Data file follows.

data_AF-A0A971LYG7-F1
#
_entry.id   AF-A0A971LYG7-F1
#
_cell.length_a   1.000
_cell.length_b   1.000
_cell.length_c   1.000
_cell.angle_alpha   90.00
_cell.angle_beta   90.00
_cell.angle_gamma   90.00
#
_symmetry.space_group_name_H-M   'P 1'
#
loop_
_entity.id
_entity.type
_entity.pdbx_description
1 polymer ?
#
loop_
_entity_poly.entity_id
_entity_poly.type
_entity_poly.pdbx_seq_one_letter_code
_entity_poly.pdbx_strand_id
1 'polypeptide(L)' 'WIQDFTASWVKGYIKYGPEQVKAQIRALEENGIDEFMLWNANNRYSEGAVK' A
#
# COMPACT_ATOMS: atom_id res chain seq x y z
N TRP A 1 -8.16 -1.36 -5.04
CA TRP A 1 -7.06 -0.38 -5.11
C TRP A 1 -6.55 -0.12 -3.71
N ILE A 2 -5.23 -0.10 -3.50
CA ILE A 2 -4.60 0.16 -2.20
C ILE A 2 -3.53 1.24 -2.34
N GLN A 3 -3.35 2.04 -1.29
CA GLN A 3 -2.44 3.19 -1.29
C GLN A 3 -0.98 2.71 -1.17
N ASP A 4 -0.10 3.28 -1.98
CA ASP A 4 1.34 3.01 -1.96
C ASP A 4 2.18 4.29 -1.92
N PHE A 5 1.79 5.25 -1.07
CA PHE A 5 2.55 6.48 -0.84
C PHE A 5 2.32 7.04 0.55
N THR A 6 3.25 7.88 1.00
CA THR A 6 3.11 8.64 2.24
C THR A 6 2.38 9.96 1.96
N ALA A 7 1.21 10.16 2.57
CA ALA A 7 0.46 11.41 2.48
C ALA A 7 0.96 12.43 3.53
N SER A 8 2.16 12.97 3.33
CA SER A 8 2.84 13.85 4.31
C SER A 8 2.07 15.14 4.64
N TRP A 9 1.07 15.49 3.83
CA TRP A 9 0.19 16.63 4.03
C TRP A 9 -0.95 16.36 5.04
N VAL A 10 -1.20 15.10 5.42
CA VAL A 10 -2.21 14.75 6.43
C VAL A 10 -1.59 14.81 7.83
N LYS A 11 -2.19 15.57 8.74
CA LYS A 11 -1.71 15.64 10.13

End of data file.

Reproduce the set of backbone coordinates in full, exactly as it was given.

data_AF-A0A971LYG7-F1
#
_entry.id   AF-A0A971LYG7-F1
#
_cell.length_a   1.000
_cell.length_b   1.000
_cell.length_c   1.000
_cell.angle_alpha   90.00
_cell.angle_beta   90.00
_cell.angle_gamma   90.00
#
_symmetry.space_group_name_H-M   'P 1'
#
loop_
_entity.id
_entity.type
_entity.pdbx_description
1 polymer ?
#
loop_
_entity_poly.entity_id
_entity_poly.type
_entity_poly.pdbx_seq_one_letter_code
_entity_poly.pdbx_strand_id
1 'polypeptide(L)' 'WIQDFTASWVKGYIKYGPEQVKAQIRALEENGIDEFMLWNANNRYSEGAVK' A
#
# COMPACT_ATOMS: atom_id res chain seq x y z
N TRP A 1 -8.16 -1.36 -5.04
CA TRP A 1 -7.06 -0.38 -5.11
C TRP A 1 -6.55 -0.12 -3.71
N ILE A 2 -5.23 -0.10 -3.50
CA ILE A 2 -4.60 0.16 -2.20
C ILE A 2 -3.53 1.24 -2.34
N GLN A 3 -3.35 2.04 -1.29
CA GLN A 3 -2.44 3.19 -1.29
C GLN A 3 -0.98 2.71 -1.17
N ASP A 4 -0.10 3.28 -1.98
CA ASP A 4 1.34 3.01 -1.96
C ASP A 4 2.18 4.29 -1.92
N PHE A 5 1.79 5.25 -1.07
CA PHE A 5 2.55 6.48 -0.84
C PHE A 5 2.32 7.04 0.55
N THR A 6 3.25 7.88 1.00
CA THR A 6 3.11 8.64 2.24
C THR A 6 2.38 9.96 1.96
N ALA A 7 1.21 10.16 2.57
CA ALA A 7 0.46 11.41 2.48
C ALA A 7 0.96 12.43 3.53
N SER A 8 2.16 12.97 3.33
CA SER A 8 2.84 13.85 4.31
C SER A 8 2.07 15.14 4.64
N TRP A 9 1.07 15.49 3.83
CA TRP A 9 0.19 16.63 4.03
C TRP A 9 -0.95 16.36 5.04
N VAL A 10 -1.20 15.10 5.42
CA VAL A 10 -2.21 14.75 6.43
C VAL A 10 -1.59 14.81 7.83
N LYS A 11 -2.19 15.57 8.74
CA LYS A 11 -1.71 15.64 10.13